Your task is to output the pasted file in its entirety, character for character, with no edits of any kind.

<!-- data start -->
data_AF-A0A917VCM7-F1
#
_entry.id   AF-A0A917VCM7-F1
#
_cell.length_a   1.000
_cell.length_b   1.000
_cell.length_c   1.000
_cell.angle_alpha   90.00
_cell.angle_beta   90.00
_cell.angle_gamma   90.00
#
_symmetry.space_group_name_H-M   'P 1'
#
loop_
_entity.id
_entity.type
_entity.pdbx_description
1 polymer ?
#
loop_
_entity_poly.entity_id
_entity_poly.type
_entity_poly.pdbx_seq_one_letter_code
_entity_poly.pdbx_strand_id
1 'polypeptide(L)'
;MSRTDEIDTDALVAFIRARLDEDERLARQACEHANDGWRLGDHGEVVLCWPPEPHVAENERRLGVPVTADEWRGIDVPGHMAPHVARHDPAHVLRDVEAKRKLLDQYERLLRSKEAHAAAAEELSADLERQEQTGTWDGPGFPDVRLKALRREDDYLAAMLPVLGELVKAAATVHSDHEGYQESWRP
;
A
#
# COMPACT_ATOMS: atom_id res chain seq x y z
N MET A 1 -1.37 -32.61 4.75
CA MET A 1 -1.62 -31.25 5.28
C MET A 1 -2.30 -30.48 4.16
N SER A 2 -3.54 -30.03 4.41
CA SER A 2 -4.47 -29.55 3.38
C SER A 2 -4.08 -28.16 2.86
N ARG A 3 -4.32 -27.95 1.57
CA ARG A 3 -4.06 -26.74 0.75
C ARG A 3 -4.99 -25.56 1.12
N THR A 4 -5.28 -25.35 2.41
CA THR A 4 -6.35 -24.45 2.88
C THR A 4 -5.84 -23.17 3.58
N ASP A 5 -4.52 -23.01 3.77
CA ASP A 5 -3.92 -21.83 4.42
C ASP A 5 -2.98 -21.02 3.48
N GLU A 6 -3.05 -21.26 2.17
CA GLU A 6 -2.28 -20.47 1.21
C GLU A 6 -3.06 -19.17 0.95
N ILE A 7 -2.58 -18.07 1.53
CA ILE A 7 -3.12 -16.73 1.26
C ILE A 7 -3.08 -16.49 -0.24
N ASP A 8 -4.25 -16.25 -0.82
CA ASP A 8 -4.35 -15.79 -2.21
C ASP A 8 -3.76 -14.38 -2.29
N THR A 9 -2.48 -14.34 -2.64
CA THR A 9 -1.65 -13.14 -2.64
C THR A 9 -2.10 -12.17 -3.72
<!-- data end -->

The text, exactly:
data_AF-A0A917VCM7-F1
#
_entry.id   AF-A0A917VCM7-F1
#
_cell.length_a   1.000
_cell.length_b   1.000
_cell.length_c   1.000
_cell.angle_alpha   90.00
_cell.angle_beta   90.00
_cell.angle_gamma   90.00
#
_symmetry.space_group_name_H-M   'P 1'
#
loop_
_entity.id
_entity.type
_entity.pdbx_description
1 polymer ?
#
loop_
_entity_poly.entity_id
_entity_poly.type
_entity_poly.pdbx_seq_one_letter_code
_entity_poly.pdbx_strand_id
1 'polypeptide(L)'
;MSRTDEIDTDALVAFIRARLDEDERLARQACEHANDGWRLGDHGEVVLCWPPEPHVAENERRLGVPVTADEWRGIDVPGHMAPHVARHDPAHVLRDVEAKRKLLDQYERLLRSKEAHAAAAEELSADLERQEQTGTWDGPGFPDVRLKALRREDDYLAAMLPVLGELVKAAATVHSDHEGYQESWRP
;
A
#
# COMPACT_ATOMS: atom_id res chain seq x y z
N MET A 1 -1.37 -32.61 4.75
CA MET A 1 -1.62 -31.25 5.28
C MET A 1 -2.30 -30.48 4.16
N SER A 2 -3.54 -30.03 4.41
CA SER A 2 -4.47 -29.55 3.38
C SER A 2 -4.08 -28.16 2.86
N ARG A 3 -4.32 -27.95 1.57
CA ARG A 3 -4.06 -26.74 0.75
C ARG A 3 -4.99 -25.56 1.12
N THR A 4 -5.28 -25.35 2.41
CA THR A 4 -6.35 -24.45 2.88
C THR A 4 -5.84 -23.17 3.58
N ASP A 5 -4.52 -23.01 3.77
CA ASP A 5 -3.92 -21.83 4.42
C ASP A 5 -2.98 -21.02 3.48
N GLU A 6 -3.05 -21.26 2.17
CA GLU A 6 -2.28 -20.47 1.21
C GLU A 6 -3.06 -19.17 0.95
N ILE A 7 -2.58 -18.07 1.53
CA ILE A 7 -3.12 -16.73 1.26
C ILE A 7 -3.08 -16.49 -0.24
N ASP A 8 -4.25 -16.25 -0.82
CA ASP A 8 -4.35 -15.79 -2.21
C ASP A 8 -3.76 -14.38 -2.29
N THR A 9 -2.48 -14.34 -2.64
CA THR A 9 -1.65 -13.14 -2.64
C THR A 9 -2.10 -12.17 -3.72